J. L. BELL is a Massachusetts writer who specializes in (among other things) the start of the American Revolution in and around Boston. He is particularly interested in the experiences of children in 1765-75. He has published scholarly papers and popular articles for both children and adults. He was consultant for an episode of History Detectives, and contributed to a display at Minute Man National Historic Park.

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Tuesday, August 11, 2015

President Washington in Providence, 15 Aug.

There are a couple of Revolutionary-era events happening in New England in the next several days that I want to acknowledge before the Stamp Act protest sestercentennial is officially upon us.

In 1789, President George Washington visited Connecticut, Massachusetts, and New Hampshire as part of his tour (some might even say his progress) through the northern states. Rhode Island was left out since it hadn’t ratified the Constitution yet.

Rhode Island finally ratified on 29 May 1790. It started to participate in the Congress and everything. So President Washington made a special trip that summer to tick Rhode Island off his list. This year marks the 225th anniversary of that journey—though not even Wikipedia offers a word for a 225th anniversary.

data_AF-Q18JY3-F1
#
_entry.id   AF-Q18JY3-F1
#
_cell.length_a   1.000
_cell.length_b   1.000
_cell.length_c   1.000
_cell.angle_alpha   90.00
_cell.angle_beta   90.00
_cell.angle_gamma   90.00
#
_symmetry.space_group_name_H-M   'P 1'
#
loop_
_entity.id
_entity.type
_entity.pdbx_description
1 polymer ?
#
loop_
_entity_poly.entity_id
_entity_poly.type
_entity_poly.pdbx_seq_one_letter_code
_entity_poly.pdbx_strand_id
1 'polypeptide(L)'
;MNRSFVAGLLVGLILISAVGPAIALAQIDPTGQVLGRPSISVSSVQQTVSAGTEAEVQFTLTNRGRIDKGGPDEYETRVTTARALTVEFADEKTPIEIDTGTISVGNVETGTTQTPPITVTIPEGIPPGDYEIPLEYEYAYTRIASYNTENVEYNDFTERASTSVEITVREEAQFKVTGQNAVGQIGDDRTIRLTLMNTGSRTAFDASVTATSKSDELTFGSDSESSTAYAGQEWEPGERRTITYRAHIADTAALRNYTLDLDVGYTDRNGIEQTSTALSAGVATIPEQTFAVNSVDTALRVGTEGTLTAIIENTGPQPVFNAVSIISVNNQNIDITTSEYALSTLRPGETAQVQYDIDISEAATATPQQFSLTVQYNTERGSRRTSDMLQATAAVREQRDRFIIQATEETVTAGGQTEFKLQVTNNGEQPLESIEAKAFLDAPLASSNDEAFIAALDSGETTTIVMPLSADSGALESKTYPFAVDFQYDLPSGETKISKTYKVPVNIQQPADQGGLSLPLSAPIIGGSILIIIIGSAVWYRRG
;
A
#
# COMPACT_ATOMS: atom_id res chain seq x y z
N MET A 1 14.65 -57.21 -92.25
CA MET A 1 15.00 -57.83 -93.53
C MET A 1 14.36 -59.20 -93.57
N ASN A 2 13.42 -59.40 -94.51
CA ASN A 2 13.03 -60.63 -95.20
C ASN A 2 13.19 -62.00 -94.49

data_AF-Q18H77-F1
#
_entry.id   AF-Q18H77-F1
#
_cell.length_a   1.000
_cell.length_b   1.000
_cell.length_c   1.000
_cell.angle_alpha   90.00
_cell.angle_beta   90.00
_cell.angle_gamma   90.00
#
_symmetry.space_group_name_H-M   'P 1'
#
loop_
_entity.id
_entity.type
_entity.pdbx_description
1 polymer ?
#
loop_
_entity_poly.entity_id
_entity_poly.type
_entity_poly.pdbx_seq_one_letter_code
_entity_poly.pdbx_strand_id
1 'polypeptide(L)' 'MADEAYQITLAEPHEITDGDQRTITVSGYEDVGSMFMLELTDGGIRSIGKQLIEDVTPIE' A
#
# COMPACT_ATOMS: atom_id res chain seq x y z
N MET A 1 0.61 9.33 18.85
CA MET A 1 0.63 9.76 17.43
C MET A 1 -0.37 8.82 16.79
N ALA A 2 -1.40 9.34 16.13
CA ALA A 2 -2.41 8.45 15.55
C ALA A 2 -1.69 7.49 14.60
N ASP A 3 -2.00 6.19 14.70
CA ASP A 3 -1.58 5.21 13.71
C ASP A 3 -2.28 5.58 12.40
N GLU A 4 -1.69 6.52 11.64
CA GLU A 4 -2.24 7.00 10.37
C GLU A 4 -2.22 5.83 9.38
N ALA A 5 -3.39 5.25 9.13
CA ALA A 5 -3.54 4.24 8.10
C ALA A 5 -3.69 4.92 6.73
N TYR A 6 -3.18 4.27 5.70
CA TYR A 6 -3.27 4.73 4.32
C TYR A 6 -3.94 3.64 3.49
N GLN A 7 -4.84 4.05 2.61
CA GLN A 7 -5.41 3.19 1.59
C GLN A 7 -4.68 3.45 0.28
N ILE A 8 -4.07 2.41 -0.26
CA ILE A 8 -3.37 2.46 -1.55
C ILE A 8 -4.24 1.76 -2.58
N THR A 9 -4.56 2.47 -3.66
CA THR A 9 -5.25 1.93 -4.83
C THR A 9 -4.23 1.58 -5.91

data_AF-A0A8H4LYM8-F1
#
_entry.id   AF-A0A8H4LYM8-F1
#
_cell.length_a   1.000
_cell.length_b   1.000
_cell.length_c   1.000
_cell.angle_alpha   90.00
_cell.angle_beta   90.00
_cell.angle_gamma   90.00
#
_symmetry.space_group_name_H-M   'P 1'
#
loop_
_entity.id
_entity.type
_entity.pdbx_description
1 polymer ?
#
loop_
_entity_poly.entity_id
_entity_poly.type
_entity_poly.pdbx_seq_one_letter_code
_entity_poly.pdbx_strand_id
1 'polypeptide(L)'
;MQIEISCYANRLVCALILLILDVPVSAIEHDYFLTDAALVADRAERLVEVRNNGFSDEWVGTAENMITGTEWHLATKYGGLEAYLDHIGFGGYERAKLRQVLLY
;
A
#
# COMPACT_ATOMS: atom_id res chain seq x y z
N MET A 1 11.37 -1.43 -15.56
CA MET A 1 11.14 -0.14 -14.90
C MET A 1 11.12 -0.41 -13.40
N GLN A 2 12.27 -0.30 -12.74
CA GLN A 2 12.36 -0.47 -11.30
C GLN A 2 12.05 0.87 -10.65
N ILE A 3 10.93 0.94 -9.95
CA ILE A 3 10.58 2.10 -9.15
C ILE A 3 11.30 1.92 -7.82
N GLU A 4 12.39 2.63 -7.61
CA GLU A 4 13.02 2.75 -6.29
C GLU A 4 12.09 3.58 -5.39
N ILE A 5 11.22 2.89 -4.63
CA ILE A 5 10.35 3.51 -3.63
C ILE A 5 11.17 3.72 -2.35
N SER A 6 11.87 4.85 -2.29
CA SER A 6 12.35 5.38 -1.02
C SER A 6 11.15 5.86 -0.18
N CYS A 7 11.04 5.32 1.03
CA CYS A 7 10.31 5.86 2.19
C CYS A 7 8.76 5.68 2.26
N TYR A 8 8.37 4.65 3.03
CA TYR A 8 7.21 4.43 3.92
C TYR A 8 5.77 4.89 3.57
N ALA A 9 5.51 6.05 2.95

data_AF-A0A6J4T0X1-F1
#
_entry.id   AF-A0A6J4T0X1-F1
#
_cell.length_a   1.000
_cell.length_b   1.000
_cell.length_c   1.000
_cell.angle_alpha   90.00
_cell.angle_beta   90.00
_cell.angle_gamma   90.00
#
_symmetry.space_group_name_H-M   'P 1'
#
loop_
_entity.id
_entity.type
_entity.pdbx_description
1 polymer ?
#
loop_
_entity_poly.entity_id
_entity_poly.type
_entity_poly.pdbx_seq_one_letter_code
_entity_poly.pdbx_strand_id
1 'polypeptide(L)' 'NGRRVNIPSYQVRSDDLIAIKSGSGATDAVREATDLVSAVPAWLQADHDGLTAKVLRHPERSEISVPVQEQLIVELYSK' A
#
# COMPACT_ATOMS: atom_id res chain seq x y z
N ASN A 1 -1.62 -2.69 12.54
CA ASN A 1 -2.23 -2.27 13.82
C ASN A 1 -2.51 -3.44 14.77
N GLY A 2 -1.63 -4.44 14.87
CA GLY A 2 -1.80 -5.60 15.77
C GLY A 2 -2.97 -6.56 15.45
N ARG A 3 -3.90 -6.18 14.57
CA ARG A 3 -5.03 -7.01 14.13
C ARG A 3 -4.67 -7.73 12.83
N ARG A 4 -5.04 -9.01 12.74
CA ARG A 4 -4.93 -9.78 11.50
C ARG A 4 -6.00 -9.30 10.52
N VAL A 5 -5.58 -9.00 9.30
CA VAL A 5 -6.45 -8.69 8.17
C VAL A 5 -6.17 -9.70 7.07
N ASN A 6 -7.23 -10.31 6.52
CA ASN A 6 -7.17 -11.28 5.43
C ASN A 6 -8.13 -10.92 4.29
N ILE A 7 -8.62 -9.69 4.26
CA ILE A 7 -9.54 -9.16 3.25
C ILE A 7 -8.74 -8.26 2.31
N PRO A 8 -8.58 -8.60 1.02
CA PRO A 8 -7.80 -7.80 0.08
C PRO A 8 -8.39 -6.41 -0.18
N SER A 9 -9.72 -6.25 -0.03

The President’s visit is being commemorated at the John Brown House in Providence on Saturday, 15 August, with an event called “Washington Returns to Providence.” Dean Malissa (shown above), Mount Vernon’s “official historical portrayer” of Washington, is making a special trip, courtesy of the Mount Vernon Ladies’ Association Vice Regent for Rhode Island, Elizabeth Mauran.

The Rhode Island Historical Society says:
We invite you to spend the day with our country’s first commander-in-chief and enjoy such festivities as a walking tour that explores the sites he visited, family-friendly activity booths, photo opportunities, and refreshments authentic to the period.
Free events start at 10:00 A.M. and are scheduled to last through late afternoon.

The event organizers also quote the Providence Gazette of 21 Aug 1790 on the original event:
On the President’s landing, he was welcomed by a federal Discharge of Cannon, and the Ringing of Bells. The Concourse of people was prodigious. The Procession was conducted with great Decorum, and exceeded any thing of the Kind before exhibited in this Town. . . . Every countenance indicated the most Heart-felt Joy.
So all that Anti-Federalism was forgotten. What was a “federal Discharge”? That phrase appeared often in reports of President Washington’s journeys and other early republican holidays. It was a thirteen-gun salute.

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